By Emma Foster, Community Newswire
LOTTERY Carers, 20 Jul 2010 – 10:09
A £30 million fund to support young people who care for a disabled or sick relative has been launched today.
Youth in Focus, a funding programme from the Big Lottery Fund, aims to provide support young carers and other vulnerable youngsters, such as those leaving youth offending institutions and young people leaving care.
The multi-million pound funding initiative will support projects that give these young people a voice and help them to access the advice and services that
can support them.
There are currently 175,000 known young carers across the UK who look after a family member or loved one with a physical or mental illness, though it is thought there may be thousands more hidden young carers.
As well as directly caring for their relative, young carers are often also responsible for day-to-day chores from cleaning to food shopping.
Jenny, a young carer from Southampton, now in her early 20s, grew up helping her mum to cope with her younger brother, who suffered from learning difficulties and attention deficit hyperactivity disorder (ADHD), and also her drug and alcohol-dependent father.
She said: “The situation had a huge effect on my mum who was depressed, had very low self-esteem and felt out of control all of the time.
“She was not only trying to get my brother into school, look after him, she also had the issue of my dad who would get violent when he was drunk or high.
“Growing up, I just thought that was normal. It was just my brother and my dad. I knew that family life was hard and different to my friends, but I didn’t
see myself as a young carer.
“We really struggled financially – mum was rubbish with money and my dad was taking our money all the time to fund his habits.
“Mum could only work part-time jobs because when working full-time she was always getting called out of work.
“I used to help her fill in benefit forms, work out how much money we had and how much the bills were.
“I learned to cook from a really young age and even cooked Christmas dinner when I was seven.
“I always put my needs aside because I wanted to help my mum so much. We were very close and she would tell me everything.
“She was really isolated, so I was her only outlet. I helped with the housework – I would even go to work with her to help her.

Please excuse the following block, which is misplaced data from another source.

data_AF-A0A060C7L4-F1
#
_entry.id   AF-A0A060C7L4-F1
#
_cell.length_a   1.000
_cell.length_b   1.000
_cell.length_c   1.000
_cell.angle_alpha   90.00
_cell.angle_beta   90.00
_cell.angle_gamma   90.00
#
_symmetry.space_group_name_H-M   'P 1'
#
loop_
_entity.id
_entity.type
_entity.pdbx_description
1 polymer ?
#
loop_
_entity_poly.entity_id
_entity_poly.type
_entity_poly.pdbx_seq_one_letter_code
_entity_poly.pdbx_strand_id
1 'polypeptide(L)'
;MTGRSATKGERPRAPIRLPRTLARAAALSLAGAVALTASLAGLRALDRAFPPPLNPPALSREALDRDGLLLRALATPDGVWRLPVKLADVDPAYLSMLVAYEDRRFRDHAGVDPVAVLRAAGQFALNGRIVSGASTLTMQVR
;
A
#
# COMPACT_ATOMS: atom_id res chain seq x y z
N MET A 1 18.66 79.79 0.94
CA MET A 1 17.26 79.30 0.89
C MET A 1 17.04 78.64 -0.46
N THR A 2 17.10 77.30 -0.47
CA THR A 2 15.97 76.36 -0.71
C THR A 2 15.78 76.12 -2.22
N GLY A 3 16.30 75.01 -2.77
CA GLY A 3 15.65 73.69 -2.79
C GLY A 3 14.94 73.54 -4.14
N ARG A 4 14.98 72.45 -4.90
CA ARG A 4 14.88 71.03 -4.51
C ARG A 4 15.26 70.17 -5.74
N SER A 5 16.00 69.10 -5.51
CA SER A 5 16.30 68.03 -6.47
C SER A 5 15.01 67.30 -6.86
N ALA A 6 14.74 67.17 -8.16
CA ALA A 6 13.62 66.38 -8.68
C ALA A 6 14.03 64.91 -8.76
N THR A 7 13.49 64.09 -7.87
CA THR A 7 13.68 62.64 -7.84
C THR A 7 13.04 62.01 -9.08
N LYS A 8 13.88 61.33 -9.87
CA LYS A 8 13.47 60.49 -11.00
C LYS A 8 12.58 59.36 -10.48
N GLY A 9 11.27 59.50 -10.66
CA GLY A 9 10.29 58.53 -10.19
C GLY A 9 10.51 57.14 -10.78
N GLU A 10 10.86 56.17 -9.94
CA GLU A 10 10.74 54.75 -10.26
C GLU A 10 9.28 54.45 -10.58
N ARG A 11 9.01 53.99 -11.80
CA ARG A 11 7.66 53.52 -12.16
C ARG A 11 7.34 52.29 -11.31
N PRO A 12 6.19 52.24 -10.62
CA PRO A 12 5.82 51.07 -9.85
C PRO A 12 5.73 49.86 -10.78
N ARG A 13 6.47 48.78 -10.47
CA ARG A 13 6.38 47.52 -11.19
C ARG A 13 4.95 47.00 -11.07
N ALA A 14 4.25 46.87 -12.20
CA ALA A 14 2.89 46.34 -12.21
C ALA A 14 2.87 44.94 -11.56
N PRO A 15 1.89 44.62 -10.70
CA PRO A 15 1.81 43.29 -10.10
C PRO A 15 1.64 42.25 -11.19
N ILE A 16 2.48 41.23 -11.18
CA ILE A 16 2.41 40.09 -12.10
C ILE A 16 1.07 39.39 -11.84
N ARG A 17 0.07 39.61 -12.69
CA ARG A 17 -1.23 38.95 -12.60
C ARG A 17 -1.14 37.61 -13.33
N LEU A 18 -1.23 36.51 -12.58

“It didn’t matter what it was, I would do everything I possibly could – shopping, working out what meals we would have.
“She didn’t have the space in her brain to comprehend all that day-to-day stuff because she had so much else going on.
“I was basically the head of my family, always the strong person. I didn’t realise what the impact was.
“It all came to a head when I was 18 and I had a massive breakdown. I couldn’t eat, couldn’t sleep, and I was in a really bad way. I couldn’t continue my
Jenny now helps run a young carers project at Hampshire charity One Community Eastleigh. The project, which is funded by the Big Lottery Fund, provides young carers with much-needed respite including days out, weekly club nights and residential breaks.
She added: “I always strived to do the best I possibly could because I wanted to get myself out of the situation I was in at home.
“I always wanted to be better and do better than my family. It can go two ways when you’re a young carer, you can either get entrenched in it and it becomes your life, or you can try to rise above it – that’s what I always tried to do.
“I lacked confidence, but if I’d had a project like this to go to where I could just talk, where no one would judge me and where it wouldn’t have got back
to my family, I think it would have really helped me. It would have probably prevented me from having a breakdown.”
Sanjay Dighe, chair of Big Lottery Fund’s England Committee, said: “The funding we’re announcing today will help thousands of young people across England who are experiencing some very difficult circumstances and lack the normal support from families and friends that other young people receive.
“We want to fund projects that will offer support, improve these young people’s self-confidence and offer practical solutions for the challenges they face.
“We want our funding to help these young people make positive life transitions, helping them to lead active and fulfilling lives.”
The programme also aims to support young people leaving care between the ages of 15 and 25, so they get better access to education, housing, healthcare and employment advice and services.
Young people leaving youth offenders institutions between the ages of 15 and 25 will be supported to develop their life skills and get better access to
services, particularly young men with learning difficulties and young women.
Organisations interested in applying for Youth in Focus funding should visit www.biglotteryfund.org.uk/prog_youth_focus for more information. The Big Lottery Fund is also holding regional briefing events throughout September for groups interested in applying for funding.
The Big Lottery Fund is the largest distributor of National Lottery funding, responsible for giving out half of the money raised for good causes. It is
committed to bringing real improvements to communities and the lives of people most in need and has been rolling out grants to health, education, environment and charitable causes across the UK since 2004.
Reproduced from http://www.communitynewswire.press.net/article.jsp?id=6940346